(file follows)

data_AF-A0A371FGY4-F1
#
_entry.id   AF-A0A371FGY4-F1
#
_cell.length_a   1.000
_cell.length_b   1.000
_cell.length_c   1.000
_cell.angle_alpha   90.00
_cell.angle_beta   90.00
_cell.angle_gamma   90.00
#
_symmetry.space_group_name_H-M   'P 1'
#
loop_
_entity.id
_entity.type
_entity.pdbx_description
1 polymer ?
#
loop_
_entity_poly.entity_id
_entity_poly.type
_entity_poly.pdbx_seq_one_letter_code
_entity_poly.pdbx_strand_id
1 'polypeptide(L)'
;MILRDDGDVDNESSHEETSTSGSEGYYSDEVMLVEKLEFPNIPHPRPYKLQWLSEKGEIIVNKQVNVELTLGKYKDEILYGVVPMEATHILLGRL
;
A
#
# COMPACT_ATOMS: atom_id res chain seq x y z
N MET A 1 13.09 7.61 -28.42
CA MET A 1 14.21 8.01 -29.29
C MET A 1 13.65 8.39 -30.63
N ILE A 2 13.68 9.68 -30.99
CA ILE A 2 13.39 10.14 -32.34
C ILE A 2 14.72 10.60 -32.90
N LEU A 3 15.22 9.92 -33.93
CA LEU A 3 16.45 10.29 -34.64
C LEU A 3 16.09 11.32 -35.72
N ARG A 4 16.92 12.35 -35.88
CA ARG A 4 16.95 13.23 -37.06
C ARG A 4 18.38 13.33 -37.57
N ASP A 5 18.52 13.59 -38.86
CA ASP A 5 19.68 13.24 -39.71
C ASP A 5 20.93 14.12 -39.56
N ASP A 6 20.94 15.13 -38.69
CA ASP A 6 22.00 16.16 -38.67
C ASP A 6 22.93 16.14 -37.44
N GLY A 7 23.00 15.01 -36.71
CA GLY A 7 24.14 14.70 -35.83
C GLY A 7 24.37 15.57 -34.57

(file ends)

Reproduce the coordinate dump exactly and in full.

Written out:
data_AF-A0A371FGY4-F1
#
_entry.id   AF-A0A371FGY4-F1
#
_cell.length_a   1.000
_cell.length_b   1.000
_cell.length_c   1.000
_cell.angle_alpha   90.00
_cell.angle_beta   90.00
_cell.angle_gamma   90.00
#
_symmetry.space_group_name_H-M   'P 1'
#
loop_
_entity.id
_entity.type
_entity.pdbx_description
1 polymer ?
#
loop_
_entity_poly.entity_id
_entity_poly.type
_entity_poly.pdbx_seq_one_letter_code
_entity_poly.pdbx_strand_id
1 'polypeptide(L)'
;MILRDDGDVDNESSHEETSTSGSEGYYSDEVMLVEKLEFPNIPHPRPYKLQWLSEKGEIIVNKQVNVELTLGKYKDEILYGVVPMEATHILLGRL
;
A
#
# COMPACT_ATOMS: atom_id res chain seq x y z
N MET A 1 13.09 7.61 -28.42
CA MET A 1 14.21 8.01 -29.29
C MET A 1 13.65 8.39 -30.63
N ILE A 2 13.68 9.68 -30.99
CA ILE A 2 13.39 10.14 -32.34
C ILE A 2 14.72 10.60 -32.90
N LEU A 3 15.22 9.92 -33.93
CA LEU A 3 16.45 10.29 -34.64
C LEU A 3 16.09 11.32 -35.72
N ARG A 4 16.92 12.35 -35.88
CA ARG A 4 16.95 13.23 -37.06
C ARG A 4 18.38 13.33 -37.57
N ASP A 5 18.52 13.59 -38.86
CA ASP A 5 19.68 13.24 -39.71
C ASP A 5 20.93 14.12 -39.56
N ASP A 6 20.94 15.13 -38.69
CA ASP A 6 22.00 16.16 -38.67
C ASP A 6 22.93 16.14 -37.44
N GLY A 7 23.00 15.01 -36.71
CA GLY A 7 24.14 14.70 -35.83
C GLY A 7 24.37 15.57 -34.57